by Bruno Galera
Guest blogger & Dell employee
(Editors note: The opinions expressed in this post are those of the author and not necessarily of SafeKids.com. For a slightly different perspective on parental controls, see Internet filters have their place, but not for all kids)
There are some parents out there that are just as Internet and computer-savvy as the next person, but then there are the rest of us who might feel that our children know more about our own devices and how to work them, than we do.
If you relate more to the latter, you probably found that you’re not very comfortable with your child surfing the net openly, freely creating social profiles, gaming online, or, maybe you’re not comfortable with any of it because of how foreign it is to you. Whether you feel that you know what kinds of tasks your children are able to perform online or not, there are safety measures that should be implemented either way.
Though communication is probably the most conducive move in monitoring your child’s everyday activities there are other measures that, in this day in age, are necessities when talking about child safety online. Threats can present themselves even when they are not being searched out and these can sometimes be the most dangerous.
Nowadays you can’t even buy a computer without being presented with several online protection options that come standard with the set up. But now there are options that are extremely advanced and so explicit that some of the systems are furnished specifically with your child and families’ safety in mind.
Author Jesse Schwarz reminds us that Internet service providers allow for control over some content, but there are also certain parental control options that we will be smart to utilize in conjunction. For example, the computers with Windows 8 have an operating system from Microsoft that has the ability to set up parental controls specifically for Internet browsing. Click here for Jesse’s hands-on steps for using these controls.
Also, Windows 8 makes it possible to set up individual user accounts that can each be monitored very closely. With this function, every member in the family can have his or her own account while the master account is able to monitor the others in as much or as little depth as deemed necessary.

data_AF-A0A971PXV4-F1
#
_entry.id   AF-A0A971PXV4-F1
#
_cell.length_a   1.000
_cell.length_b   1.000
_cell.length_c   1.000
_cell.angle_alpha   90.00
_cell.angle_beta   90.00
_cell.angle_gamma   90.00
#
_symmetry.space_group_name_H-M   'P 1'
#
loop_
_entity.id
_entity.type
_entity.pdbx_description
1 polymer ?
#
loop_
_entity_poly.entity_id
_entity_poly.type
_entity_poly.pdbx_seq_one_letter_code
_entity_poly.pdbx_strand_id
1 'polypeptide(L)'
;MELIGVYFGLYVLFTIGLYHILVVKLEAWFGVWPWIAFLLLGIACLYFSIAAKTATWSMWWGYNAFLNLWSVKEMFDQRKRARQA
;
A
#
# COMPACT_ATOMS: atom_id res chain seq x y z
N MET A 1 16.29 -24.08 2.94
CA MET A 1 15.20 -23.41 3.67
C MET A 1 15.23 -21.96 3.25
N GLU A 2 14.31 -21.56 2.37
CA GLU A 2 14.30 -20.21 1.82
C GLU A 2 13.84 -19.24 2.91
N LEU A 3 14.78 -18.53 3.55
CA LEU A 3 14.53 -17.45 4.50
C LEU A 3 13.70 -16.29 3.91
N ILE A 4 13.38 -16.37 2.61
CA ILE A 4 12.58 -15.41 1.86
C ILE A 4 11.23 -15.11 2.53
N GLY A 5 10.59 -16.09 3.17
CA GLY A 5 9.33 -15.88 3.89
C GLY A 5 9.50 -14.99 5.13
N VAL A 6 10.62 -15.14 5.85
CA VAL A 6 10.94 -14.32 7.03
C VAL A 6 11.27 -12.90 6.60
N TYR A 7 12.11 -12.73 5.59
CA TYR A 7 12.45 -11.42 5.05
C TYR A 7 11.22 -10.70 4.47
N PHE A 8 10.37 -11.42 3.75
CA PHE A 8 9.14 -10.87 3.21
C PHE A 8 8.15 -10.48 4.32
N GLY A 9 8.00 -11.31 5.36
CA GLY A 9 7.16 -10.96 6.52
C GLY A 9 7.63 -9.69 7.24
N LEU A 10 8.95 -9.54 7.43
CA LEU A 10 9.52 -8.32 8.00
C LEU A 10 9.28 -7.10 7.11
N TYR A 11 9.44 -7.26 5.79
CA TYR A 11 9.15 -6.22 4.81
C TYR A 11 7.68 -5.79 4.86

Activity reports will be reported that will permit monitoring or even eliminating certain activities online. With the “family safety” option (found in your Windows 8 user account set up) you can modify Internet activity by controlling website access, setting time limits for computer use, blocking unwanted sites or even specifying the sites that your children are allowed to access.
Obviously the age of your child will determine how closely they are monitored, but understanding these options will ultimately reduce the risks that your child faces everyday online. These computers will also allow you to control files that are downloaded.
Using the “Block File Downloads” option will help prevent downloading that doesn’t meet your approval. There are also many other options out there that can filter emails, instant messaging, and video material based on unknown addresses, descriptive text, words or phrases, and tags.
Aside from the risk of stumbling onto an unwanted site, there are also the constant security threats that lie in wait and are undetectable until they have already gotten what they came for. Windows 8 offers some of the most recent groundbreaking security improvements specifically catered to this type of needed protection.
Communication is Key
David Miles, European director of the Family and Online Safety Institute (FOSI) states that “the nature of the threats [online] are changing…two years ago we were dealing with a search-oriented culture that was adult dominated…now we are in a world of user-generated content, it’s no longer an adult-only environment.”
What we can gather from this, is that no matter how much control we may feel we have or want over our children with respect to the Internet, we can’t put a stop to it – unless, of course, we are willing to renounce all comforts of modern life and disconnect completely. Since the likelihood of that happening is slim to none, I would suggest taking alternative measures.
First, set up the system protection options mentioned above. Then, buckle down and set aside all feelings of being threatened by your child’s knowledge of technology and get prepared to learn something from them. If you can do this, it can open up lines of communication that may have been blocking your understanding of their involvement online in the first place.
Carrie Longton, co-founder of Mumsnet, suggests having your child walk you through setting up an online profile or showing you how to surf the web, and, most importantly, let the humiliation flow! Children don’t like to feel threatened by their parents control tactics any more than parents enjoy implementing them. In this environment, trust can be built while you let them teach you something. It’s a win, win.
If you feel inadequate in your knowledge of technology, now is the time to learn. Keep the communication open and don’t forget to utilize the user friendly options available that come standard with computers like the all-in-one. With operating systems like Windows 8, you can rest assured that your family will be safer online than ever before.
How do you keep your kids safe online? Share your ideas and solutions below.
Bruno Galera works for Dell and has a passion for technology. When he’s not reading about the latest industry trends, you can find him cooking, reading, cheering on his favorite football team or at a museum enjoying contemporary art and photography.